I thought the issue more that under a system of labour relations such as exist the accumulation of wealth is (generally) inherently exploitative if you trace it back, but that precisely because marxism is about changing “the system” and not individual morality, individual marxists can happily “make a million on the stockmarket on monday and spend it on the revolution on tuesday”? (Or however it goes…)

  3. missivesfrommarx permalink*
    September 11, 2009 9:15 am

    Macon, that’s why I said I agree with the “spirit” of the idea; I too have reservations about wealthy Marxists …

  4. September 11, 2009 5:36 pm

    (1) You also got Terry Eagleton, the British Jameson, who is supposed to own half a dozen or so houses. Like a dude rumoured to be bankrolling Socialist Alternative in Australia from the rent he receives on the houses he owned.

    (2) Marxism as a system of bon mot ethics for the ‘first’ world haute bourgeoisie could be seen as the logical outcome of ‘Western’ Marxism detaching itself from political struggle.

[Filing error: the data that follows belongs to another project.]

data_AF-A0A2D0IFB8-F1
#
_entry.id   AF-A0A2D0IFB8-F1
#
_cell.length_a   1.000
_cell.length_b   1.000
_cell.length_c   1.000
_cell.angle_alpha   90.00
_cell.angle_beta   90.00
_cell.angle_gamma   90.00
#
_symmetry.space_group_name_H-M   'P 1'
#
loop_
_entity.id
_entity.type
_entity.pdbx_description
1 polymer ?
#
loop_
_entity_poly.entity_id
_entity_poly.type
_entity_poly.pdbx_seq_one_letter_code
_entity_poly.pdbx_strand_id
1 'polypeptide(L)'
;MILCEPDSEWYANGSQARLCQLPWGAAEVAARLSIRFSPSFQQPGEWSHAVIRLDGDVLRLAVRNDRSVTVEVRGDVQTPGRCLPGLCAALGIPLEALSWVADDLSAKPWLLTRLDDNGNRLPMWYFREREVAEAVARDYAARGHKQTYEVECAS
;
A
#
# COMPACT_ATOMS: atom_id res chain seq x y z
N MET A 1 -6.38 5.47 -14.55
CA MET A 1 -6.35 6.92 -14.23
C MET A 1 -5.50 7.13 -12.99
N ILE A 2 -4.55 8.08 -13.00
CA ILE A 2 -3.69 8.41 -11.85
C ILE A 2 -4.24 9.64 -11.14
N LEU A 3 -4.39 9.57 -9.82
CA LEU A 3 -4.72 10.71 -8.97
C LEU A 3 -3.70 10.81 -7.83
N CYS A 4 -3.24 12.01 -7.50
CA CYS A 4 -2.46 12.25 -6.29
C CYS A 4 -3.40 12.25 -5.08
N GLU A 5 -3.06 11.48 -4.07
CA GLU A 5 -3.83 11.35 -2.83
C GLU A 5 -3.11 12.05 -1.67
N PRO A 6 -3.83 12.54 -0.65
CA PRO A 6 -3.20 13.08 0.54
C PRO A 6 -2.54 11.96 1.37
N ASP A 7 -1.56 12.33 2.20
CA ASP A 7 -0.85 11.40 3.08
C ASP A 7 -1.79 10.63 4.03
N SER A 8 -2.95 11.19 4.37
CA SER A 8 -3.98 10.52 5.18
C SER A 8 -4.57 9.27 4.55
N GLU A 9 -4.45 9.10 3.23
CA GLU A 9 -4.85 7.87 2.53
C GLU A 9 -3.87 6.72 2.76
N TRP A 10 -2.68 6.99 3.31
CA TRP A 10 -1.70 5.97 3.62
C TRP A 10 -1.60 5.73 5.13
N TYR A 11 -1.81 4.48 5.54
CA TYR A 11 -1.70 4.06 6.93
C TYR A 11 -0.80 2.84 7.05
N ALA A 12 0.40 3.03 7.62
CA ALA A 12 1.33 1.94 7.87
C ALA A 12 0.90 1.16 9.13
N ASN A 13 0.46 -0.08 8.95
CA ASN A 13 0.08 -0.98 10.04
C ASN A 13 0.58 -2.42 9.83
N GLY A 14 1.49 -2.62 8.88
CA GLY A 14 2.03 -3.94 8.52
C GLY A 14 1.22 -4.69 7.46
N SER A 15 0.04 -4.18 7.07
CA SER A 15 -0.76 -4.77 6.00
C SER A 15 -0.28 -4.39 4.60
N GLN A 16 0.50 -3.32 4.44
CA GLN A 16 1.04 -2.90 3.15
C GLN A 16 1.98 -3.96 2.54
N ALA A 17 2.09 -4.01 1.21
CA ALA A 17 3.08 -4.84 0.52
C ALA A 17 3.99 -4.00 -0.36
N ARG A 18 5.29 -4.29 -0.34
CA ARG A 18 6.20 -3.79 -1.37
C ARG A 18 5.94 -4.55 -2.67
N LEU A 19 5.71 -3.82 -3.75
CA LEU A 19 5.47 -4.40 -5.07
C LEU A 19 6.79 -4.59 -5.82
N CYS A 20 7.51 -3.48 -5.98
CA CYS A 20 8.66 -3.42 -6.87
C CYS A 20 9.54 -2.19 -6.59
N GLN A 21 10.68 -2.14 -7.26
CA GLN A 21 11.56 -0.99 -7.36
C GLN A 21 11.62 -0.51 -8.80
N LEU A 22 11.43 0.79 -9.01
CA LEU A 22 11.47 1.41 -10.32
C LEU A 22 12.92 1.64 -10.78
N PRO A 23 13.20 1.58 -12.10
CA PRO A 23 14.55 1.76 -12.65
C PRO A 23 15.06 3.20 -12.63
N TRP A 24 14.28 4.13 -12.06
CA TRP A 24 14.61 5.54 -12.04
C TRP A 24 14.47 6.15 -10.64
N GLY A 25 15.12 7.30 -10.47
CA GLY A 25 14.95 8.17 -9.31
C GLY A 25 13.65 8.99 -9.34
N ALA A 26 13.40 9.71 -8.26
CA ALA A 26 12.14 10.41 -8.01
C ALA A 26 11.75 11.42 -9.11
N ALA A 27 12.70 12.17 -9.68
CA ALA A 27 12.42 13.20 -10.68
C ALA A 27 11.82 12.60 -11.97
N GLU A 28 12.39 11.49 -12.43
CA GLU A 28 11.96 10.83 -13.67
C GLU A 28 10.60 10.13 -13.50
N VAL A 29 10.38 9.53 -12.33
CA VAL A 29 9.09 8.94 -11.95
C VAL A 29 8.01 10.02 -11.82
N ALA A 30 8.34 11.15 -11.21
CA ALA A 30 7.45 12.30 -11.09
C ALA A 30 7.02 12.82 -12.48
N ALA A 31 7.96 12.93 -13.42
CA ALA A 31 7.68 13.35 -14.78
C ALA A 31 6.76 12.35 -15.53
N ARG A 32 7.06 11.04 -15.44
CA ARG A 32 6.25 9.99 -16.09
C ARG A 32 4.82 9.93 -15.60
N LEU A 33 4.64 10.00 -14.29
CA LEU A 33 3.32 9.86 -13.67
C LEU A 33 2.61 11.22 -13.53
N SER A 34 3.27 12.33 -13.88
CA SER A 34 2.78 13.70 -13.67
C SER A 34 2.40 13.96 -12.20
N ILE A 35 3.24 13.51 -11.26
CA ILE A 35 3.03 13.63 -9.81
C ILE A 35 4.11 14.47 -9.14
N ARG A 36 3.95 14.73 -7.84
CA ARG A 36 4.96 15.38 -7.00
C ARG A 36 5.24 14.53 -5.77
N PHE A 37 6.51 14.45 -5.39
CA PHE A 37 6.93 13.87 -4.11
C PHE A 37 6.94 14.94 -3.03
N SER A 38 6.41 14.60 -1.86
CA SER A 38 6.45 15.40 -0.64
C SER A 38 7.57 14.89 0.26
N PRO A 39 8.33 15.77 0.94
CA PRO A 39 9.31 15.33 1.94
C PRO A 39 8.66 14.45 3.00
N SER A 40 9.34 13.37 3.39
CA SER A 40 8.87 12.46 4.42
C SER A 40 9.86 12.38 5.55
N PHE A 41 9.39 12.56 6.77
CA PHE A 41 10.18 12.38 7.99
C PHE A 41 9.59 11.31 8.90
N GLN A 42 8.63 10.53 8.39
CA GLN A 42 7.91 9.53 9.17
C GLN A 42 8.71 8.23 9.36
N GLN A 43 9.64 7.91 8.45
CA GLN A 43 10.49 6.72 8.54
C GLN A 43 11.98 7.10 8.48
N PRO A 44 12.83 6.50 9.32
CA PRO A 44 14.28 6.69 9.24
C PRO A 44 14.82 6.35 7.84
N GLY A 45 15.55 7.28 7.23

(3) It’s a good thing for Fred that exploitation is about as alien to Dook University as rowdy frat boys.

    (4) There’s an essay of Tom Wolfe’s where he calls these guys ‘Rococo Marxists’, except he names Stanley Fish as one of ’em.

    (5) I reckon, to keep the relationship with religion, we oughta call these guys Borgia Bolsheviks.

    (6) Did you mean what you said the other day about Mellancamp over Springsteen?

  5. missivesfrommarx permalink*
    September 12, 2009 9:10 am

    “Marxism as a system of bon mot ethics for the ‘first’ world haute bourgeoisie could be seen as the logical outcome of ‘Western’ Marxism detaching itself from political struggle.”

    Brilliant. Unfortunately, that may be me in 20 years. Must. fight. it.